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Safety Tips for Before, During and After a Flood | Allstate

Safety Tips for Before, During and After a Flood

September 18, 2019 Everyone is at risk for flooding, no matter where you call home. In fact, according to the Federal Emergency Management Agency, floods are the most common natural disaster in the country. Would you know how to stay safe if a flood occurred at your home? Here are some safety tips to consider before, during… Allstate https://www.allstate.com/blog/wp-content/uploads/2019/08/Chlidren-walking-through-floodwater_GettyImages.jpg
Children wearing boots and walking through floodwater.

Everyone is at risk for flooding, no matter where you call home. In fact, according to the Federal Emergency Management Agency, floods are the most common natural disaster in the country. Would you know how to stay safe if a flood occurred at your home? Here are some safety tips to consider before, during and after a flood.

What to Do Before a Flood

Before a flood happens, it’s a good idea to take some precautions so you can be better prepared. First, consider developing an evacuation plan and reviewing it with your family. That way, if an emergency situation (such as a flood) occurs, you can act as quickly as possible. You may also want to keep a “go bag” packed with emergency supplies (such as water, food, clothing and medication) in case you need to evacuate. And, if you have a pet, consider pulling together an emergency kit for them and mapping out pet-friendly hotels.
When it comes to protecting your house, remember that a homeowners insurance policy doesn’t typically cover your home or belongings when they’re damaged by a flood. To help protect your home, consider purchasing a flood insurance policy.

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What to Do During a Flood Watch

When a flood watch is issued, it means weather conditions are favorable for a flood, but one has not occurred yet, says the National Weather Service (NWS). A watch also does not mean that a flood will definitely occur.

During a flood watch, you can take certain precautions to help protect your personal belongings. For example, Ready.gov suggests storing important documents in waterproof containers and moving valuables to a higher level of your home. Outside, secure or bring in outdoor furniture or your grill, says the Centers for Disease Control and Prevention (CDC). You should also charge up your electronic devices, including your mobile phone. Having a battery-powered or hand-crank radio may also be a good idea in case the power goes out, recommends the American Red Cross (Red Cross).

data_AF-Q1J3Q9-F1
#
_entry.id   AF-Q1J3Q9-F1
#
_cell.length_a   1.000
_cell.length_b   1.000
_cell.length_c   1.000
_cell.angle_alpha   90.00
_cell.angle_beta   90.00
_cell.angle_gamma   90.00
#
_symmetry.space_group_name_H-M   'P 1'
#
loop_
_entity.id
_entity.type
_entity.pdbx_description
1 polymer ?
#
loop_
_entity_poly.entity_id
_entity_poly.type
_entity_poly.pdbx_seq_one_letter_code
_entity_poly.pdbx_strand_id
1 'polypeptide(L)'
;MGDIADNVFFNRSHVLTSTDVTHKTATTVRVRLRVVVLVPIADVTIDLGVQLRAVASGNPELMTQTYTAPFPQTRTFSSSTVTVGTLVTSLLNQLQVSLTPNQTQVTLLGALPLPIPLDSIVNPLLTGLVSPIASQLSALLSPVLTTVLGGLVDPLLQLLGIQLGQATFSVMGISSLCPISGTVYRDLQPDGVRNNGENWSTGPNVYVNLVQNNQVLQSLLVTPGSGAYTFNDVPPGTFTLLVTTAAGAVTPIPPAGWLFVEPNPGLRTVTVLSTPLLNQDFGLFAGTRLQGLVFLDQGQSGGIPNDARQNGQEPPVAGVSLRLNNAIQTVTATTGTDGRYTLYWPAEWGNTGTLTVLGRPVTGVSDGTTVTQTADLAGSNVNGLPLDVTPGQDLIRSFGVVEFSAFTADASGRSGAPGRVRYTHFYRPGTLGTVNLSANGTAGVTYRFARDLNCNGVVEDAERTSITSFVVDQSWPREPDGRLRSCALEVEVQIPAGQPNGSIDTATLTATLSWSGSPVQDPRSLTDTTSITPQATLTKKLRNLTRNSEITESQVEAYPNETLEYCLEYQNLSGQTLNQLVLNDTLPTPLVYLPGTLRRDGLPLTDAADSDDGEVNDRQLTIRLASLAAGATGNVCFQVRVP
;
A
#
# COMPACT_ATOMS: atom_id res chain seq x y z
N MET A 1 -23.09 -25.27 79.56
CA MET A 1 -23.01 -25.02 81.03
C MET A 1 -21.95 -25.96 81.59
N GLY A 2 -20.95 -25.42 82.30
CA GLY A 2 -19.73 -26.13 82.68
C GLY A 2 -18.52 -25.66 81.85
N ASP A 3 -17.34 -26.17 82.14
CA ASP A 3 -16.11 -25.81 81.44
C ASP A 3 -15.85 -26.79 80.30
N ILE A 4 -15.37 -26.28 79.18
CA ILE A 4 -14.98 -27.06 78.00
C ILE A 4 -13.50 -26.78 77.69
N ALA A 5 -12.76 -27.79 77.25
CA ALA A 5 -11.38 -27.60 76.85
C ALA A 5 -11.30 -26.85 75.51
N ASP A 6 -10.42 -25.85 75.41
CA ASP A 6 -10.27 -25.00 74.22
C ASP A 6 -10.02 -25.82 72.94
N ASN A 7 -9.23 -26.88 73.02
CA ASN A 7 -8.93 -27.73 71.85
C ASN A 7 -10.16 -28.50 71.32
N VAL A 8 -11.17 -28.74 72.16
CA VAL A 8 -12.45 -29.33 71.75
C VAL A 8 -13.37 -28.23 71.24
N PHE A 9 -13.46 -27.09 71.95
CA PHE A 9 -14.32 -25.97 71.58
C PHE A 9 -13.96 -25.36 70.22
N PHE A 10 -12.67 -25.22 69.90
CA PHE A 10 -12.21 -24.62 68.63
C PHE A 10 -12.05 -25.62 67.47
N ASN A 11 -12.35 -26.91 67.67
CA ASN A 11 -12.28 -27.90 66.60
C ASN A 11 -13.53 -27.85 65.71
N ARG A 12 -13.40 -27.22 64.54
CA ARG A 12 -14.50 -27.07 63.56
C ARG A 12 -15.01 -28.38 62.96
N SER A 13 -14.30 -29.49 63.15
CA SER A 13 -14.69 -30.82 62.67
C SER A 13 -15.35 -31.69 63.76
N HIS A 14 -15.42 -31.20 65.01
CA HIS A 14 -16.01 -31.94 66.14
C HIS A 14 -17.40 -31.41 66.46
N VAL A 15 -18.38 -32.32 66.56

What to Do During a Flood Warning

A flood warning is more serious than a flood watch, as it is issued when a flood is about to occur or is already happening, says the NWS. Because of how quickly weather conditions can change, it’s important to monitor local news and weather reports to stay informed. This is where you can typically get updates on the flooding situation as well as potential evacuation instructions.

If local authorities do instruct you to evacuate, you should take their advice seriously and depart as soon as possible, says Ready.gov. If you come across a flooded area while evacuating, turn around and try another route. Do not walk, swim or drive through floodwater, as this can create a dangerous situation, states Ready.gov. According to the CDC, as little as 6 inches of standing or moving water can cause your car to lose control.

If flooding occurs suddenly or without warning, remember these tips from Ready.gov:

  • If you’re at home, stay inside and move to the highest level (but avoid closed attics, as you may risk becoming trapped by rising floodwater).
  • If you’re in the car, stay inside and only move to the roof if the vehicle begins to flood.
  • Try to avoid contact with floodwater, as it may be contaminated.

What to Do After a Flood

Once weather conditions improve, you may be eager to return home if you were evacuated. It’s important, however, to wait for local authorities to state it’s safe to do so, says the Red Cross.

When entering your home, use caution and help protect yourself by wearing boots and gloves during cleanup. Floodwater can also bring snakes, insects or other animals inside your home, so stay alert. You should also be aware of the risk of electrocution due to downed power lines and standing water. Avoid wading in floodwater and do not touch electrical appliances or equipment if you’re standing in water or your clothes are wet, says Ready.gov.

Since floodwater can be contaminated, you should also pay close attention to any water advisories, says the CDC. If you are under an advisory, you should only drink and cook with bottled, boiled or treated water.

Following these tips may help you and your family stay safe if a flood strikes at your home. And, don’t forget that creating an emergency plan ahead of time may be helpful in the event that you do need to evacuate your home.

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